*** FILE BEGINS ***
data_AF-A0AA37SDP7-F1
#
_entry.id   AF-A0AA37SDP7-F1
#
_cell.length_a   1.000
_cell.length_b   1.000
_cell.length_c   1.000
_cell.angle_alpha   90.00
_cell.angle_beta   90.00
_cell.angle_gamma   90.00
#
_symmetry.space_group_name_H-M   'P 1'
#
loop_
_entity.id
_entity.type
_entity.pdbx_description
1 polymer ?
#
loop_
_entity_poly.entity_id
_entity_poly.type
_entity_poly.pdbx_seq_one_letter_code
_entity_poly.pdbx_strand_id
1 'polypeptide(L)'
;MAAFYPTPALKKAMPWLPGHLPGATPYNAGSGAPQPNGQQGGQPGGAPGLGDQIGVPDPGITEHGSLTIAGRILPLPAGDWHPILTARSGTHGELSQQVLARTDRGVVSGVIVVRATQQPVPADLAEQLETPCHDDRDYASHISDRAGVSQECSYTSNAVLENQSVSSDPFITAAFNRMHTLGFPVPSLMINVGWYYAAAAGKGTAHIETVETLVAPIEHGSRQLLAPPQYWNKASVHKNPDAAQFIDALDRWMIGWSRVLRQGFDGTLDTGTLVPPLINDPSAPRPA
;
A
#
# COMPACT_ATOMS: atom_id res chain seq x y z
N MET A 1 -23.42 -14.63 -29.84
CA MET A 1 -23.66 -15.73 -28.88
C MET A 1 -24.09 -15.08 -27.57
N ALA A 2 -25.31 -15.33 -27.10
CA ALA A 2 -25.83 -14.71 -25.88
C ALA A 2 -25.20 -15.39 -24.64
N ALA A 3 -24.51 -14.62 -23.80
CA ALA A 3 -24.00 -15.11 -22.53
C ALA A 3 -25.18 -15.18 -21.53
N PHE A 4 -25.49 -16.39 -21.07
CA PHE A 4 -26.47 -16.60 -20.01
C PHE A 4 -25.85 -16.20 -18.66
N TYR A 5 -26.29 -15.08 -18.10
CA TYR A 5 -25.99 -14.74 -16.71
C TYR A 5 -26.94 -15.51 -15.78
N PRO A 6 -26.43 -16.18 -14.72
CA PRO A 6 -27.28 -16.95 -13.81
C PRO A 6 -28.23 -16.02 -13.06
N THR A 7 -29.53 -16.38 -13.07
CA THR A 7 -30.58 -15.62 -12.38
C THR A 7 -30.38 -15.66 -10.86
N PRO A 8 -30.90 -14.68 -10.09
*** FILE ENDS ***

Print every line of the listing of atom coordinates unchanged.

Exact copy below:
data_AF-A0AA37SDP7-F1
#
_entry.id   AF-A0AA37SDP7-F1
#
_cell.length_a   1.000
_cell.length_b   1.000
_cell.length_c   1.000
_cell.angle_alpha   90.00
_cell.angle_beta   90.00
_cell.angle_gamma   90.00
#
_symmetry.space_group_name_H-M   'P 1'
#
loop_
_entity.id
_entity.type
_entity.pdbx_description
1 polymer ?
#
loop_
_entity_poly.entity_id
_entity_poly.type
_entity_poly.pdbx_seq_one_letter_code
_entity_poly.pdbx_strand_id
1 'polypeptide(L)'
;MAAFYPTPALKKAMPWLPGHLPGATPYNAGSGAPQPNGQQGGQPGGAPGLGDQIGVPDPGITEHGSLTIAGRILPLPAGDWHPILTARSGTHGELSQQVLARTDRGVVSGVIVVRATQQPVPADLAEQLETPCHDDRDYASHISDRAGVSQECSYTSNAVLENQSVSSDPFITAAFNRMHTLGFPVPSLMINVGWYYAAAAGKGTAHIETVETLVAPIEHGSRQLLAPPQYWNKASVHKNPDAAQFIDALDRWMIGWSRVLRQGFDGTLDTGTLVPPLINDPSAPRPA
;
A
#
# COMPACT_ATOMS: atom_id res chain seq x y z
N MET A 1 -23.42 -14.63 -29.84
CA MET A 1 -23.66 -15.73 -28.88
C MET A 1 -24.09 -15.08 -27.57
N ALA A 2 -25.31 -15.33 -27.10
CA ALA A 2 -25.83 -14.71 -25.88
C ALA A 2 -25.20 -15.39 -24.64
N ALA A 3 -24.51 -14.62 -23.80
CA ALA A 3 -24.00 -15.11 -22.53
C ALA A 3 -25.18 -15.18 -21.53
N PHE A 4 -25.49 -16.39 -21.07
CA PHE A 4 -26.47 -16.60 -20.01
C PHE A 4 -25.85 -16.20 -18.66
N TYR A 5 -26.29 -15.08 -18.10
CA TYR A 5 -25.99 -14.74 -16.71
C TYR A 5 -26.94 -15.51 -15.78
N PRO A 6 -26.43 -16.18 -14.72
CA PRO A 6 -27.28 -16.95 -13.81
C PRO A 6 -28.23 -16.02 -13.06
N THR A 7 -29.53 -16.38 -13.07
CA THR A 7 -30.58 -15.62 -12.38
C THR A 7 -30.38 -15.66 -10.86
N PRO A 8 -30.90 -14.68 -10.09